Grote Kerk part 1/2
Grote Kerk in Dordrecht, until the Reformation known as Onze
Lieve Vrouwekerk ('Church of Our Lady'), is one of the most important
Gothic churches of the Netherlands.
It is an impressive building in Brabantine
style, which was not only appreciated in Brabant itself but in
the county of Holland as well. Of all churches in Holland, the church of Dordrecht
is the only one in true Brabantine style, not in one of the local
variants. It is the only big Gothic church in Holland with stone
vaults. The choir is the most elaborately decorated part of the church,
and is executed in a white-coloured natural stone. It is attributed
to Everaert Spoorwater, an architect from the Southern Netherlands
who contributed to many Gothic churches of that period, and who
already in 1434 was commissioned to finish the nave and the transepts,
construction of which had already begun some four decades earlier.
The choir however probably replaced an earlier one which was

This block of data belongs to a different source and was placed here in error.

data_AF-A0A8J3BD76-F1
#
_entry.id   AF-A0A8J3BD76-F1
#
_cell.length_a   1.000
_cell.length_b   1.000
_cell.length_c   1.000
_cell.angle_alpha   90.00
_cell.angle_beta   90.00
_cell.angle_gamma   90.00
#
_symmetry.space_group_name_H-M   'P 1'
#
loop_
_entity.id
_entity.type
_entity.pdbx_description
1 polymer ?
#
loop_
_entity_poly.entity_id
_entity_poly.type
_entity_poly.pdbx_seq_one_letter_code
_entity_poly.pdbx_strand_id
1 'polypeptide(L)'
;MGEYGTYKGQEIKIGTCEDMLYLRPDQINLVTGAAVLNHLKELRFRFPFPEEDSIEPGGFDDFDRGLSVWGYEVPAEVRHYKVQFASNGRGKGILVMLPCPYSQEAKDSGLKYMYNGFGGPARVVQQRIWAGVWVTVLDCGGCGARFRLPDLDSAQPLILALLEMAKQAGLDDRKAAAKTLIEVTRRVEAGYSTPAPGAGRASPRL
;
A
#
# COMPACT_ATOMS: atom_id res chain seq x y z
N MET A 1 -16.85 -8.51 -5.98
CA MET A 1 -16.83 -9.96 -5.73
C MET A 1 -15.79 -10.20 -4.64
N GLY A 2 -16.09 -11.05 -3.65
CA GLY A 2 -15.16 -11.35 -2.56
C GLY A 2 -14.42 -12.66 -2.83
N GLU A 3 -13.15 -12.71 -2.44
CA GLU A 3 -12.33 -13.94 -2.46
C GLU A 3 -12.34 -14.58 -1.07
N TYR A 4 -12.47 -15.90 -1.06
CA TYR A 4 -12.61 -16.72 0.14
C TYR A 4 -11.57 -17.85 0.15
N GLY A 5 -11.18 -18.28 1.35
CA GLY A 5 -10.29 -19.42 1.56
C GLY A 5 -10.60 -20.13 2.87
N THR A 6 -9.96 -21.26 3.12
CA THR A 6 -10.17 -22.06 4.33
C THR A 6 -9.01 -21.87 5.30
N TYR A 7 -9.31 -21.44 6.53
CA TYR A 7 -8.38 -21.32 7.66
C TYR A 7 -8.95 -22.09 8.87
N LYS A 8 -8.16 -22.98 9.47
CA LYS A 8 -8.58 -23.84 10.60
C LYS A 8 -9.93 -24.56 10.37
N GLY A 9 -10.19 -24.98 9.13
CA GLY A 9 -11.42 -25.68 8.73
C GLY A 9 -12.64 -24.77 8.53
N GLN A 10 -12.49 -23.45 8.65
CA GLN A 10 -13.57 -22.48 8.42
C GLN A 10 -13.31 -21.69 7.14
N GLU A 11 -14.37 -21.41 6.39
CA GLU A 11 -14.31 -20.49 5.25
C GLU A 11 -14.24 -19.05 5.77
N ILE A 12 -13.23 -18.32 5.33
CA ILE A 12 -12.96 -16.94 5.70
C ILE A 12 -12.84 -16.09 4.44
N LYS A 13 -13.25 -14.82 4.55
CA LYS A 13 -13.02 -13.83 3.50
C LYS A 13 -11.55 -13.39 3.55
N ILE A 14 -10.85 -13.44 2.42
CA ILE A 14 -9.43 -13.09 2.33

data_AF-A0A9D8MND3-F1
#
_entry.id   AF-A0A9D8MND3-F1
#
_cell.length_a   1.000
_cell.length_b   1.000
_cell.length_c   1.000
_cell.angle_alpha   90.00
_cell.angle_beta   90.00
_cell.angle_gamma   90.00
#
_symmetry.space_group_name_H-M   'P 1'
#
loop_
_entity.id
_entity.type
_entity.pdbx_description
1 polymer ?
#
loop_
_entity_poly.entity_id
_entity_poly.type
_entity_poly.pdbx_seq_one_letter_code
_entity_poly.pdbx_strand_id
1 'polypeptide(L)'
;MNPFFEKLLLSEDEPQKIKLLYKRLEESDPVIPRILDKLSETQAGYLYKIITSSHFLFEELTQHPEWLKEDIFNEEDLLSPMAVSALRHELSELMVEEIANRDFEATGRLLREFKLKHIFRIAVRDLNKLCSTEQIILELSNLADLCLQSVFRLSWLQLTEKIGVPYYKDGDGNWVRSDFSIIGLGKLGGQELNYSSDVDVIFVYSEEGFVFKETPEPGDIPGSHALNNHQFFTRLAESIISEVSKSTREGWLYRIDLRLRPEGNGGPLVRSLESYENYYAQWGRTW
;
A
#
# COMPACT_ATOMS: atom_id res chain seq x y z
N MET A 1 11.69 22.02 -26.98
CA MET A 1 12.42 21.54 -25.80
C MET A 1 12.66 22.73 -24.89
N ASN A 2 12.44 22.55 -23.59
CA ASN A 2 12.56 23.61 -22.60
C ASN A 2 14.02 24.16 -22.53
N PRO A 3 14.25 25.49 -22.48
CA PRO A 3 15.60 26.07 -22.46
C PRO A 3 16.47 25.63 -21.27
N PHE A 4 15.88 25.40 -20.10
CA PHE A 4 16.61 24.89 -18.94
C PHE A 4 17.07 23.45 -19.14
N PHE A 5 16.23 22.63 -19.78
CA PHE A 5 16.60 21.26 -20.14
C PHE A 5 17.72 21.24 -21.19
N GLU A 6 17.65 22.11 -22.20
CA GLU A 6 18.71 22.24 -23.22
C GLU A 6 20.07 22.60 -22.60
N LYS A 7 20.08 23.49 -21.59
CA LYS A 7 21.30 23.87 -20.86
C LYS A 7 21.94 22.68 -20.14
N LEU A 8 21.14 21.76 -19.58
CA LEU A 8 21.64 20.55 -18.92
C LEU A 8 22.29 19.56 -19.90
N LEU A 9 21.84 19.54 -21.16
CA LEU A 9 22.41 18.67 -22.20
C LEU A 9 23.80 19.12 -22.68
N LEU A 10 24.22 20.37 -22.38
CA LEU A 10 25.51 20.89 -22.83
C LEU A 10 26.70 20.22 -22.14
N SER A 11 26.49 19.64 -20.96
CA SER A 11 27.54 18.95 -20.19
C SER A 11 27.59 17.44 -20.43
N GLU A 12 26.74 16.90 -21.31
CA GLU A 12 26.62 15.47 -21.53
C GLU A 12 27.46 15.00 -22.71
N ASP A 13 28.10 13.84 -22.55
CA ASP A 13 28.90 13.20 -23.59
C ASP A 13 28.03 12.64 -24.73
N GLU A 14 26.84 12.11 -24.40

destroyed by fire in 1457. It has five radiating chapels.
The nave and the transept are executed in brick, with only a
minimal use of natural stone for decoration only. Each trave
of the side-aisles is flanked by an undeep chapel. These are
recognizable on the outside by their gables, which were reconstructed
in 1930, using an old picture as an example. In comparison with
the height and width of the church, the nave is remarkably small.
Archaeologists discovered in 1929 that the church originally
was intended to be twice as long.
Also unfinished is the tower, work on which was started in 1439
and was probably stopped to prevent further leaning. It was designed
by Antoon I Keldermans,
who had intended it to be about twice as tall. The current top
of the church, with its four clocks, dates from 1624 and incorporates
the pillars meant for the octagonal